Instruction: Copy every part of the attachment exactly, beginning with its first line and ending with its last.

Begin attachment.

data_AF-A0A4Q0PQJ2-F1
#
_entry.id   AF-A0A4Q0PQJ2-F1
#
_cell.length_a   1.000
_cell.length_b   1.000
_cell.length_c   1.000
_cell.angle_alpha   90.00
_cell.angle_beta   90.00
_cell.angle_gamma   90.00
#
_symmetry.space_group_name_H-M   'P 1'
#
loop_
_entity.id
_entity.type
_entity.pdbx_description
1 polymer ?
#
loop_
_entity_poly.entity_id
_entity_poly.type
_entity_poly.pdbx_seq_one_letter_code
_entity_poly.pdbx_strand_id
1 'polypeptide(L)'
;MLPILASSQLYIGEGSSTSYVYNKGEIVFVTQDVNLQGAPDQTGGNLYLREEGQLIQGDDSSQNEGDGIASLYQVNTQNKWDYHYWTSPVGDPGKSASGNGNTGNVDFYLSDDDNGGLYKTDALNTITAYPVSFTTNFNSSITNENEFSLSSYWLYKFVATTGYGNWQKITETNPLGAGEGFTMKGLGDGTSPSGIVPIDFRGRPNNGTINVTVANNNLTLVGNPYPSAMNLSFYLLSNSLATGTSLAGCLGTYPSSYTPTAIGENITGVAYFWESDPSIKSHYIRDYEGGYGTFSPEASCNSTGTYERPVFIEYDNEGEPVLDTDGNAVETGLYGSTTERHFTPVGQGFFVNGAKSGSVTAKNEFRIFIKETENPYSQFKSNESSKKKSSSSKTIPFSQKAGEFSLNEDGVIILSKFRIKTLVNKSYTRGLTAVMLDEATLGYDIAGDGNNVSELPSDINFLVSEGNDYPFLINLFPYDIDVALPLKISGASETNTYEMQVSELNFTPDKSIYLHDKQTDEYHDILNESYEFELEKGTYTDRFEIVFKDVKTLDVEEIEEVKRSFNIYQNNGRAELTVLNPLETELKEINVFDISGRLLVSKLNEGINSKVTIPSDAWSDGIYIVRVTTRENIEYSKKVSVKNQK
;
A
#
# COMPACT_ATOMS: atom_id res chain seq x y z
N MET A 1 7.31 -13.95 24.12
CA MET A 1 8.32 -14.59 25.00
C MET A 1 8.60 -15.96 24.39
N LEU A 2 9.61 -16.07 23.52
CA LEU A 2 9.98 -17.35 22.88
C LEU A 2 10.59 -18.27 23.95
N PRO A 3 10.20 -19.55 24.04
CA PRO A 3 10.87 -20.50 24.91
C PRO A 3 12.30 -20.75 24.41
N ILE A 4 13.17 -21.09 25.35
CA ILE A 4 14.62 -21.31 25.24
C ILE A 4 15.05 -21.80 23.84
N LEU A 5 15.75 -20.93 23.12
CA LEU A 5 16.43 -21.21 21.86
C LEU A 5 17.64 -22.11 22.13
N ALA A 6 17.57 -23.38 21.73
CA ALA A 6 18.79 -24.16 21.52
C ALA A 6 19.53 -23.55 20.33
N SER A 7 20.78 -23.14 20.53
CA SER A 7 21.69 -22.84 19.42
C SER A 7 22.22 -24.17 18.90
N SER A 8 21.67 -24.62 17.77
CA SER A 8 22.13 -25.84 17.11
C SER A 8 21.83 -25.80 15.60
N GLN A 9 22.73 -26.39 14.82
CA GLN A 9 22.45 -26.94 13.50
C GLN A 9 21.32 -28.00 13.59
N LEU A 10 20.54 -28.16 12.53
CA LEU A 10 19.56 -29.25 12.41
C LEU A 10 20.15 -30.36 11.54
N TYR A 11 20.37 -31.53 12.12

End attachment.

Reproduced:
data_AF-A0A4Q0PQJ2-F1
#
_entry.id   AF-A0A4Q0PQJ2-F1
#
_cell.length_a   1.000
_cell.length_b   1.000
_cell.length_c   1.000
_cell.angle_alpha   90.00
_cell.angle_beta   90.00
_cell.angle_gamma   90.00
#
_symmetry.space_group_name_H-M   'P 1'
#
loop_
_entity.id
_entity.type
_entity.pdbx_description
1 polymer ?
#
loop_
_entity_poly.entity_id
_entity_poly.type
_entity_poly.pdbx_seq_one_letter_code
_entity_poly.pdbx_strand_id
1 'polypeptide(L)'
;MLPILASSQLYIGEGSSTSYVYNKGEIVFVTQDVNLQGAPDQTGGNLYLREEGQLIQGDDSSQNEGDGIASLYQVNTQNKWDYHYWTSPVGDPGKSASGNGNTGNVDFYLSDDDNGGLYKTDALNTITAYPVSFTTNFNSSITNENEFSLSSYWLYKFVATTGYGNWQKITETNPLGAGEGFTMKGLGDGTSPSGIVPIDFRGRPNNGTINVTVANNNLTLVGNPYPSAMNLSFYLLSNSLATGTSLAGCLGTYPSSYTPTAIGENITGVAYFWESDPSIKSHYIRDYEGGYGTFSPEASCNSTGTYERPVFIEYDNEGEPVLDTDGNAVETGLYGSTTERHFTPVGQGFFVNGAKSGSVTAKNEFRIFIKETENPYSQFKSNESSKKKSSSSKTIPFSQKAGEFSLNEDGVIILSKFRIKTLVNKSYTRGLTAVMLDEATLGYDIAGDGNNVSELPSDINFLVSEGNDYPFLINLFPYDIDVALPLKISGASETNTYEMQVSELNFTPDKSIYLHDKQTDEYHDILNESYEFELEKGTYTDRFEIVFKDVKTLDVEEIEEVKRSFNIYQNNGRAELTVLNPLETELKEINVFDISGRLLVSKLNEGINSKVTIPSDAWSDGIYIVRVTTRENIEYSKKVSVKNQK
;
A
#
# COMPACT_ATOMS: atom_id res chain seq x y z
N MET A 1 7.31 -13.95 24.12
CA MET A 1 8.32 -14.59 25.00
C MET A 1 8.60 -15.96 24.39
N LEU A 2 9.61 -16.07 23.52
CA LEU A 2 9.98 -17.35 22.88
C LEU A 2 10.59 -18.27 23.95
N PRO A 3 10.20 -19.55 24.04
CA PRO A 3 10.87 -20.50 24.91
C PRO A 3 12.30 -20.75 24.41
N ILE A 4 13.17 -21.09 25.35
CA ILE A 4 14.62 -21.31 25.24
C ILE A 4 15.05 -21.80 23.84
N LEU A 5 15.75 -20.93 23.12
CA LEU A 5 16.43 -21.21 21.86
C LEU A 5 17.64 -22.11 22.13
N ALA A 6 17.57 -23.38 21.73
CA ALA A 6 18.79 -24.16 21.52
C ALA A 6 19.53 -23.55 20.33
N SER A 7 20.78 -23.14 20.53
CA SER A 7 21.69 -22.84 19.42
C SER A 7 22.22 -24.17 18.90
N SER A 8 21.67 -24.62 17.77
CA SER A 8 22.13 -25.84 17.11
C SER A 8 21.83 -25.80 15.60
N GLN A 9 22.73 -26.39 14.82
CA GLN A 9 22.45 -26.94 13.50
C GLN A 9 21.32 -28.00 13.59
N LEU A 10 20.54 -28.16 12.53
CA LEU A 10 19.56 -29.25 12.41
C LEU A 10 20.15 -30.36 11.54
N TYR A 11 20.37 -31.53 12.12